Self Help (Picador)
Evidently written with one eye on the literary prizes, Edward Docx’s second novel is an ambitious, cultured affair, but one dragged down by the weight of its own ideas. Set in St Petersburg, London, New York and Paris, it rings with echoes of the old East/West dichotomy, superimposed by the complex relations of the Glover family: mother Masha, her estranged husband Nicholas, and grown twins Gabriel and Isabella. When Masha dies, the children are forced to face down their cruel father (a process complicated by the emergence of mysterious stranger Arkady) and fragile truths are whittled away to reveal a twisted web of deceit.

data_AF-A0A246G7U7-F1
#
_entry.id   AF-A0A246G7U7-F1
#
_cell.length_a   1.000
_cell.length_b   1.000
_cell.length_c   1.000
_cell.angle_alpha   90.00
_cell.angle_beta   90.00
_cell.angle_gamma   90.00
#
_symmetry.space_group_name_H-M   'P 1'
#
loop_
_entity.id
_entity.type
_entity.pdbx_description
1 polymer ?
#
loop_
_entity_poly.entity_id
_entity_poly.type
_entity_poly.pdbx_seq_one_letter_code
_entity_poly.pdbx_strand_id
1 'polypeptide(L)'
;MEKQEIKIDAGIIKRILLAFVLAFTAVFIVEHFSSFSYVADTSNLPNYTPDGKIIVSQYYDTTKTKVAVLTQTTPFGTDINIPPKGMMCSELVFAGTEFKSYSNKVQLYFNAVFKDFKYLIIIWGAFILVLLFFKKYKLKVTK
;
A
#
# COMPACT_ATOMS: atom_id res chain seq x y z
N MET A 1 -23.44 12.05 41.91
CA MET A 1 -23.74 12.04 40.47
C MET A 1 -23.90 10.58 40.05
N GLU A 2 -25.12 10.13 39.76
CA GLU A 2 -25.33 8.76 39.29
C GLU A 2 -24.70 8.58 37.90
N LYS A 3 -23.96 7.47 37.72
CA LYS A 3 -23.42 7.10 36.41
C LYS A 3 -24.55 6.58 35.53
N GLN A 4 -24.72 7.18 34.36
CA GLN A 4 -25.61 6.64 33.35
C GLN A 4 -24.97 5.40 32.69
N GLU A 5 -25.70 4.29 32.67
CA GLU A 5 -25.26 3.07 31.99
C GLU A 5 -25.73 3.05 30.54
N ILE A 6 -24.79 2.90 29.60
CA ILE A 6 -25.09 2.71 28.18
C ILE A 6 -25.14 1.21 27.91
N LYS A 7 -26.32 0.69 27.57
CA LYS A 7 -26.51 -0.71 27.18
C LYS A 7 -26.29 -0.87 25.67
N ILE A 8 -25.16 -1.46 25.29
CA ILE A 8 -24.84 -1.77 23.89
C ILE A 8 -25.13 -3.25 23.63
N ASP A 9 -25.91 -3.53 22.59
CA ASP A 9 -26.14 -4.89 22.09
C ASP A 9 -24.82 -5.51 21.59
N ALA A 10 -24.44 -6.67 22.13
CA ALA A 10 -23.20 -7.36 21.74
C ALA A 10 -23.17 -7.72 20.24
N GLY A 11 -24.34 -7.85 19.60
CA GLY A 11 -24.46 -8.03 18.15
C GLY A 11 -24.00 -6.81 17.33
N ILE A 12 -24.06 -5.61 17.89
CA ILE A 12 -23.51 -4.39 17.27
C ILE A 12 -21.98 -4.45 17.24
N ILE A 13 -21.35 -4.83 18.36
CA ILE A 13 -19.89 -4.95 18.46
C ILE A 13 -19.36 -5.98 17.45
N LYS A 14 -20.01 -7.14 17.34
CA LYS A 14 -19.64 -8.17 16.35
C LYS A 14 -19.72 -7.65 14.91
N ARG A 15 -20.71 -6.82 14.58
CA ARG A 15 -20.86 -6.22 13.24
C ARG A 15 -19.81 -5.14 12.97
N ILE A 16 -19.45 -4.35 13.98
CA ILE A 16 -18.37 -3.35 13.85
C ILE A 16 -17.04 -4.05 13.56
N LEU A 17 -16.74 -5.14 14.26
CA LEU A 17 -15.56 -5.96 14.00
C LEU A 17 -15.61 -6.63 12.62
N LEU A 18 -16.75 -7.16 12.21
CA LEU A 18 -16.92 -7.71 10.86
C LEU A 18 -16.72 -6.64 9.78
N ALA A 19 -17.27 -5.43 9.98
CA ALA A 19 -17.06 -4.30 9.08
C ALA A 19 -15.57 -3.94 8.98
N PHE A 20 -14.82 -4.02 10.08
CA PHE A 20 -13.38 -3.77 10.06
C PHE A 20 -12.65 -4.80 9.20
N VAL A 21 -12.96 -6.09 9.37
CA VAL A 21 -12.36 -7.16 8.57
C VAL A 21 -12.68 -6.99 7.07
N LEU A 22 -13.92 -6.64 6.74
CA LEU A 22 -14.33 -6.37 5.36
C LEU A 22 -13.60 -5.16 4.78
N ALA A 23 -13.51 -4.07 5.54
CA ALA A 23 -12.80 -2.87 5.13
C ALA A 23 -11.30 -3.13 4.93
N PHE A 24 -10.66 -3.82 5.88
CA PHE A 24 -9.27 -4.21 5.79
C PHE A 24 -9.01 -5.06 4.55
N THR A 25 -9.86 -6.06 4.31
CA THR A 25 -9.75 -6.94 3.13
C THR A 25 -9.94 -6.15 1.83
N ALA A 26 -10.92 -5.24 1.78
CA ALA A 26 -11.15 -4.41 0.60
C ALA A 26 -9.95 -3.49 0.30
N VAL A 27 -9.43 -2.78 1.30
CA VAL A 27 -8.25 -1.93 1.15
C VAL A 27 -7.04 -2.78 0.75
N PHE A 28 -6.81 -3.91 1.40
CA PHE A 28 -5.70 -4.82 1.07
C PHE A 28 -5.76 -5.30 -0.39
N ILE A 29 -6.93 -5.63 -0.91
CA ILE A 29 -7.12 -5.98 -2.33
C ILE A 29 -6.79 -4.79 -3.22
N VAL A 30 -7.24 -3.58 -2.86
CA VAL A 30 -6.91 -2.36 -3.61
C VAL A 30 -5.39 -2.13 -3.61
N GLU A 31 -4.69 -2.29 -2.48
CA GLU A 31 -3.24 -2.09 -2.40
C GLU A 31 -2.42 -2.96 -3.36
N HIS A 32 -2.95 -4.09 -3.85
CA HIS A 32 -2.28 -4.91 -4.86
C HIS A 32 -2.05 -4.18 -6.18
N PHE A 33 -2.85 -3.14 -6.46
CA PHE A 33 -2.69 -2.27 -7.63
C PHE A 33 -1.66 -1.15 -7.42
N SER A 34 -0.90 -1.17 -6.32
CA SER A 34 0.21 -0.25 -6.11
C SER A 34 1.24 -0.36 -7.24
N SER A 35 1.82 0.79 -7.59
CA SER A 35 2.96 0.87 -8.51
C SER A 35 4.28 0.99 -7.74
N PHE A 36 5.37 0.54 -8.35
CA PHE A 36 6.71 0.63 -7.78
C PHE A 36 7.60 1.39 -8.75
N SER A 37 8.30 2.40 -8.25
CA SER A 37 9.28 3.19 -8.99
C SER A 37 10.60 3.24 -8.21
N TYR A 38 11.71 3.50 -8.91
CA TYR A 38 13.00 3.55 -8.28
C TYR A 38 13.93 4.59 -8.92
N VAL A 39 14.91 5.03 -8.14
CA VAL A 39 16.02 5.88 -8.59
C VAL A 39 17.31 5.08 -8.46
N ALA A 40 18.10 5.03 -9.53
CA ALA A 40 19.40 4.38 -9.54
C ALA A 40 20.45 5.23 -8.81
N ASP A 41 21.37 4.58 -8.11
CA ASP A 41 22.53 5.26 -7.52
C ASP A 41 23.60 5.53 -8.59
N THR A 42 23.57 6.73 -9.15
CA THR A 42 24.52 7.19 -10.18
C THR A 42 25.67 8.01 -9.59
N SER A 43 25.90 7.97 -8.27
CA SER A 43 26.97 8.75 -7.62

The book has a distinct lack of forward thrust, however. Intent on meticulously describing in detail every emotion, every thought, every slab of concrete old world and new, Docx renders the story itself second to his prose style. It’s passionate and sweeping but all too heavy, even at the book’s wholly unexpected conclusion.